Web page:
Transforming a Literary Work Into a Dramatic Performance: A Qualitative Case Study of the Experiences of Selected International School Students in Thailand and Myanmar
Keywords:Dramatic Performance, Drama in Secondary School Curriculum, Acting, Stage Plays, Film, Filmmaking, Theater, Drama, Case Study, Qualitative Research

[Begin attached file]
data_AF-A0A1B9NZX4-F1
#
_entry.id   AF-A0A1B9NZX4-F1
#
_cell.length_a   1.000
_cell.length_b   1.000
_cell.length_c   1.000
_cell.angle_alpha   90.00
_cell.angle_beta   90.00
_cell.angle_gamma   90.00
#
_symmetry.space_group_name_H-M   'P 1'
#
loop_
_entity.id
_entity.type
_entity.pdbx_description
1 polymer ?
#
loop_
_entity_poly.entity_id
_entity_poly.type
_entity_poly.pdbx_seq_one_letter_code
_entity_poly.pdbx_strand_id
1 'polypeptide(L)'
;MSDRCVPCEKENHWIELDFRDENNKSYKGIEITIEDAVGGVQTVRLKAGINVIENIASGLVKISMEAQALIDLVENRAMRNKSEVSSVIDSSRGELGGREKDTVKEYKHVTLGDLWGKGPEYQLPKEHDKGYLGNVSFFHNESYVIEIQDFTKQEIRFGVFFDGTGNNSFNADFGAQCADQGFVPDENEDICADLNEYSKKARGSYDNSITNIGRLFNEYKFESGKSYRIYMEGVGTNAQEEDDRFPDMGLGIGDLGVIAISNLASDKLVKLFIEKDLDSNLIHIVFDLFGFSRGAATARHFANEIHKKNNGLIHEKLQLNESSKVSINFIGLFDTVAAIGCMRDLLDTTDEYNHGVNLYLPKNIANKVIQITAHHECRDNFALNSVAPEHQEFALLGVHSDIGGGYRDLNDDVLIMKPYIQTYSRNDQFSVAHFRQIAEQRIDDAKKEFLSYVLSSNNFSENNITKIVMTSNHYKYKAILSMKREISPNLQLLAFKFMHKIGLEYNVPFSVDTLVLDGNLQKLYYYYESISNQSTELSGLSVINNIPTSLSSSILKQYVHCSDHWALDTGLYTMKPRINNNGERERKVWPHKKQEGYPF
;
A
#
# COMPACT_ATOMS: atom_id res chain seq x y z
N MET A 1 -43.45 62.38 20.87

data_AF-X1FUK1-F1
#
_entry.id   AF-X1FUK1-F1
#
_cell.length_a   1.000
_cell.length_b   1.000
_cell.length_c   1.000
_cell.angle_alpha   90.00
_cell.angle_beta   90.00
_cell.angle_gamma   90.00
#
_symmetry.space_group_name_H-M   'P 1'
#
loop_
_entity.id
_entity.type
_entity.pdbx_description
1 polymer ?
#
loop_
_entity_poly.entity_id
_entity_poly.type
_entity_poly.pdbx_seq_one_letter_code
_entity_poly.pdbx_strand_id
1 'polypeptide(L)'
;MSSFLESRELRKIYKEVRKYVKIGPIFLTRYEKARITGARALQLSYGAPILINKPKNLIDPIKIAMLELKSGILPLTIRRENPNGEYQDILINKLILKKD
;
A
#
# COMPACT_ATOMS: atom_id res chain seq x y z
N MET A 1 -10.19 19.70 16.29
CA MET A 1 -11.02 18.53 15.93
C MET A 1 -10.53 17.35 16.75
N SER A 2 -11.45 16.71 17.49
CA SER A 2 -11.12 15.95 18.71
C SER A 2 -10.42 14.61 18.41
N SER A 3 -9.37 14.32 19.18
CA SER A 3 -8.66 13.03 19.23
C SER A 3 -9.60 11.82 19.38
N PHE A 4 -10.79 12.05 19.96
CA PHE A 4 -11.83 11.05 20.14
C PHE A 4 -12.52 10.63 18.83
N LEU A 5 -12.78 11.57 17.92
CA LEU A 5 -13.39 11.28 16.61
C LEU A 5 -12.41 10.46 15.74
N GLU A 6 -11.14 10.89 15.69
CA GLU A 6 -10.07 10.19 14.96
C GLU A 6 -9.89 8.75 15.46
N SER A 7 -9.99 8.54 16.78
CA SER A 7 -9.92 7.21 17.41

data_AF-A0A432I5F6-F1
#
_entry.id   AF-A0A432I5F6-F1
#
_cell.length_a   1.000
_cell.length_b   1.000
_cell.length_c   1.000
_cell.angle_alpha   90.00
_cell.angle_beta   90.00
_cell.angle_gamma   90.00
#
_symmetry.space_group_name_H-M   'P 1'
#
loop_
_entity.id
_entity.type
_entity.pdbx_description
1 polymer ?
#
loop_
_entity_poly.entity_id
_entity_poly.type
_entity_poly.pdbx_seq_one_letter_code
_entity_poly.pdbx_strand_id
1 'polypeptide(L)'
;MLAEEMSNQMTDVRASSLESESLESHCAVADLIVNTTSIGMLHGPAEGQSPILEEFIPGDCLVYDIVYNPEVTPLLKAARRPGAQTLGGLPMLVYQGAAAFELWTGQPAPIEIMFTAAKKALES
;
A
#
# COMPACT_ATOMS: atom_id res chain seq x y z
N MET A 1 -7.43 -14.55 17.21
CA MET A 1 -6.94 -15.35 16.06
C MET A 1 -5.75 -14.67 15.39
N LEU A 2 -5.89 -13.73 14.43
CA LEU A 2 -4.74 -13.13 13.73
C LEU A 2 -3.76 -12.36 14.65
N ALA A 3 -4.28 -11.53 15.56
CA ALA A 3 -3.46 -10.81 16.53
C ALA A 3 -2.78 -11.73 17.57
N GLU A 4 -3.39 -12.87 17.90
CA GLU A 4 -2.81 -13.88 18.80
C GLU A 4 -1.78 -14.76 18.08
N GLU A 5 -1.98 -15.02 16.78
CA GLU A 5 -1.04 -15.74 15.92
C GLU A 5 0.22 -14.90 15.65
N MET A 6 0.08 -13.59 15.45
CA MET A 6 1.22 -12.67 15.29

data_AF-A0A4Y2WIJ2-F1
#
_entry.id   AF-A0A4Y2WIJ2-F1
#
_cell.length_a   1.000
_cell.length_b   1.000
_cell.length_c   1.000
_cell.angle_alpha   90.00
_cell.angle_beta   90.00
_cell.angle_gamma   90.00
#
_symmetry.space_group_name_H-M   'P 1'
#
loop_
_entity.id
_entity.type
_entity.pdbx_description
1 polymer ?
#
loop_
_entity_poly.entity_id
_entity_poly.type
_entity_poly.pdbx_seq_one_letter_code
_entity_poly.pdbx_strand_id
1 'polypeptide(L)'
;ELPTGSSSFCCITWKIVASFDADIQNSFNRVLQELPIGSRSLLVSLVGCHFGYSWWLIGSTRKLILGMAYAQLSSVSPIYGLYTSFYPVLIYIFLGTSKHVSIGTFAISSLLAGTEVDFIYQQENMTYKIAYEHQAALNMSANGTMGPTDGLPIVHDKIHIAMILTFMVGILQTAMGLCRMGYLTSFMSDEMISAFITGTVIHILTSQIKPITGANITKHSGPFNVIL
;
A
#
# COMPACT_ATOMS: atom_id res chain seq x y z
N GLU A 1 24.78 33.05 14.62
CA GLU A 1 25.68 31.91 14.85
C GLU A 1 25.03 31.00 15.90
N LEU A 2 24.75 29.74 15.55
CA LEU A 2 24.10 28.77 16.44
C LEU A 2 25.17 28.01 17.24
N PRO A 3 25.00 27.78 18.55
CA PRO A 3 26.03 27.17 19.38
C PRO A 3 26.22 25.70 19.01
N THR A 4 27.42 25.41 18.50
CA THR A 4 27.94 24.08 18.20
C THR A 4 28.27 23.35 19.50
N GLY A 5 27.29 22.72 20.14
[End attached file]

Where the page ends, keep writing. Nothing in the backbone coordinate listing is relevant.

This is a qualitative case study of how selected middle and high school students at two international schools, one in Thailand and another in Myanmar, took literary texts and transformed them into dramatic performances. From 2010-2015, I directed my students in three stage plays and three films. Ten student performers from those plays and films became participants in this study. I interviewed these students about their experiences. My objective was to explore how each participant had reflected on their own personalities, characteristics, and experiences while developing their performance, whether the students, in retrospect, viewed their ultimate portrayal as being the character or themselves, and what benefits were accrued to each student through engaging in the dramatic performance. The resulting data confirmed that developing the dramatic performances had been a meaningful experience for the students. Indeed they had explored their own personalities and emotions. The participants reported powerful vicarious experiences, emotional catharsis, inward contemplation, self-analysis, and self-realization. Many of the participants had overcome shyness, increased their level of self-confidence, developed close social relationships with their fellow actors, and achieved a deeper understanding of literature. The study includes the background of the research, including an anecdote from the filming of 2012’s Romeo and Juliet which served as the impetus for the study, a review of related literature, an explanation of the study’s methodology, a narrative description of the data along with conclusions drawn from that data, and a discussion and recommendations for further research.
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